5th Annual Punjabi American Mela (festival) draws a record 10,000!
Reported by Dr. Narinder Bajwa and Rupaul Ghuman
May 30, 1999
The culture of the land of five rivers was brought to life in Yuba City (Little Punjab) once again. Images of village life were conjured up through mesmerizing folk songs and music; explosions of colors flashed on the stage and all across the fairgrounds as men and women dressed in native garb danced and floated all around. It was once again an event to be remembered.
Thousands gathered at the Yuba-Sutter fairgrounds at the invitation of the Punjabi American Heritage Society. It was a joyous and secular celebration of all that is Punjabi. There were people from all walks of life and from all different religions, all forgetting their differences at least for one day, bound together by the common thread of shared heritage.
The event started with the U.S. National and Sikh Anthems. Then followed songs and dances—"giddha", "bhangra", and even a great demonstration of Sikh martial arts. While some enjoyed this spectacle others walked around enjoying the flavorful foods of Punjab served up hot and fresh by food vendors. Ladies stood shopping for dresses and jewelry; children bought books, videos and momentos. An exhibit dealing with the Punjabi American migration to the Yuba-Sutter area drew a lot of attention—for some it was like taking a journey back in time; for others it was a reminder of sacrifices made by their parents and grandparents so that they, who would come after them, flourished and prospered in this, their adopted land. Another exhibit was presented depicting the history of the Sikh faith, since the festival coincided with the 300th anniversary of Khalsa.
The program culminated with Shaukat Ali, "The Voice of Punjab", singing his most famous songs Challa and Jagga. Another interesting singer, Waheguru Kaur Khalsa (American Sikh), sang devotional songs to rock and raggae music. Malwai Dance was another big attraction. These and other songs brought people up to their feet dancing and clapping. Some cried from the sheer joy and ecstasy invoked by the songs, others smiled quietly held in a trance by the folk songs.
For one day, everyone forgot their worries and cares and got together to drink at this fountain of joy. The Punjabi American mela, which has now become an annual event, is growing and prospering each year. When all was done and the sun finally set, everyone carried away a piece of this happiness to sustain them till the Spring of 2000, when the songs, music, and colors will burst forth again, scattering the seeds of our heritage through time and distant places, keeping the magic of Punjab alive.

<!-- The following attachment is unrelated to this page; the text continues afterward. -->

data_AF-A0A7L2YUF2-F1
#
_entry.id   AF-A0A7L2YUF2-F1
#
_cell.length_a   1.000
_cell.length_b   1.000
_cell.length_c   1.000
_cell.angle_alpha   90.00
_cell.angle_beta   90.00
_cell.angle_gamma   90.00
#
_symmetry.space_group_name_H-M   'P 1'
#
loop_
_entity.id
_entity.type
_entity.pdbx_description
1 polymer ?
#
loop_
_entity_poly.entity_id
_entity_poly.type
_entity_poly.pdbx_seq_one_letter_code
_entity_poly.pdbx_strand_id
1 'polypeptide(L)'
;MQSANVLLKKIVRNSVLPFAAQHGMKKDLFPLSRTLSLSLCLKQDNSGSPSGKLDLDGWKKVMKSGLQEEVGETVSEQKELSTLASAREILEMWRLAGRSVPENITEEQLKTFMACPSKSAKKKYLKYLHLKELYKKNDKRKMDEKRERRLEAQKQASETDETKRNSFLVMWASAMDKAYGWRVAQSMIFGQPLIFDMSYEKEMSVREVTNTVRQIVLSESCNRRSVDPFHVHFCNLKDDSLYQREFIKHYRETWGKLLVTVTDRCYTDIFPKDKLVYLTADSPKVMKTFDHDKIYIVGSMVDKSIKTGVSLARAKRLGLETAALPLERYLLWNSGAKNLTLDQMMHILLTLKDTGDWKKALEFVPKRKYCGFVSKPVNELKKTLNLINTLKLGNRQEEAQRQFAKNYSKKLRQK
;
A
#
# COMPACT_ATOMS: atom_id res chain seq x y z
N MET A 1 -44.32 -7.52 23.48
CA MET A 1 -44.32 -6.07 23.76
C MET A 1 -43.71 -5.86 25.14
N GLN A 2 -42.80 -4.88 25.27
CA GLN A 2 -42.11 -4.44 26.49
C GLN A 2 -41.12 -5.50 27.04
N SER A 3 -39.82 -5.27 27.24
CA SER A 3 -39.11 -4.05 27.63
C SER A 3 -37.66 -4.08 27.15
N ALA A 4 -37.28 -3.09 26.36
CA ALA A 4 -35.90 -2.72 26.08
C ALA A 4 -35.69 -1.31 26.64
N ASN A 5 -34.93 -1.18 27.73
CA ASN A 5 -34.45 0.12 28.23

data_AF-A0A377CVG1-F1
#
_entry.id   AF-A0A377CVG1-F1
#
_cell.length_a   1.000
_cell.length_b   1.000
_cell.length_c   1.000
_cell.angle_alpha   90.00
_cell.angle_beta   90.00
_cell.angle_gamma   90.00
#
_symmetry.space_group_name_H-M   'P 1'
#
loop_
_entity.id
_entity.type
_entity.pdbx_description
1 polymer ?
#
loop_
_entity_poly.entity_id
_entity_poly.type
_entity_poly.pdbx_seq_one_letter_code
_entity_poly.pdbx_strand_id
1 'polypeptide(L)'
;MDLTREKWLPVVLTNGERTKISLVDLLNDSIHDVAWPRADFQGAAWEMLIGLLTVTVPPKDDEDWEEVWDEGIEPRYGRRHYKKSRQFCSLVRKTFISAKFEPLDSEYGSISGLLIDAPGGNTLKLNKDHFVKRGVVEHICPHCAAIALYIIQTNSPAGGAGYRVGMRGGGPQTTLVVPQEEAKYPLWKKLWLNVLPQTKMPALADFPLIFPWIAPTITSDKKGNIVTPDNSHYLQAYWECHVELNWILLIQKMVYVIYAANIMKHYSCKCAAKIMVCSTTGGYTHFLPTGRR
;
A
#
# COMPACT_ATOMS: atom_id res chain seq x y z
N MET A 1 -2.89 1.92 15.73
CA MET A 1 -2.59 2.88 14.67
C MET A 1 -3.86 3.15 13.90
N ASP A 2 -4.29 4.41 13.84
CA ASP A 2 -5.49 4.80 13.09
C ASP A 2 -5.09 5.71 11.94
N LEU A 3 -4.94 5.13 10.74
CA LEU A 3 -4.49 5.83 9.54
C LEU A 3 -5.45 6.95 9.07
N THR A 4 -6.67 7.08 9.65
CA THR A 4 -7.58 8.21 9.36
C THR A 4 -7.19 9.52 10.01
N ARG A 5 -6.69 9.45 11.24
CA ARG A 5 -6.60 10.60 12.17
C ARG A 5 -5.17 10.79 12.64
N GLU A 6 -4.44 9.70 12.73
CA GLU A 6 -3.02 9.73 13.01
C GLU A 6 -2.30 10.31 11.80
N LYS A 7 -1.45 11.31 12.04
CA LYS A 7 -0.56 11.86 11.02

This year many important dignitaries have visited the Punjabi American Festival. They include Mayor of Yuba City, Bob Barkhouse, Sutter County Sheriff Jim Denney, Congressman Doug Ose, and State Assemblyman Dick Dickerson. Most of the sponsorship for the mela came from American businesses, including banks, hospitals and other local business. The local newspaper printed a series of articles related to the mela, and also a 12 page supplement on the mela including information about Punjabi lifestyle was included in the newspaper. It was also promoted by the local Punjabi TV show. An award was presented to Honorable Congressman Doug Ose by the Punjabi American Heritage Society President. Shaukat Ali was presented with the Voice of Punjab award by Satnam Tatla for promoting friendship between East and West Punjab. The stage was well coordinated by Asha Sharma.
The Punjabi American Heritage Society has sponsored and hosted the mela each year since 1995 at the Yuba-Sutter Fairgrounds to promote better understanding of Punjabi heritage to other Americans and our own children. This year, about 300 performers participated.
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Congressman Doug Ose presenting awards to children
Yuba City Ladies Gidha
Kids singing Sikh National Anthem
Sikh Martial Arts
Blindfolded Chattr Singh putting surma into his eyes with a sword
Mayor of Yuba City Bob Barkhouse
Satnam Tatla presenting Voice of Punjab Award to Shaukat Ali. Dr. Kang and Asha Sharma look on.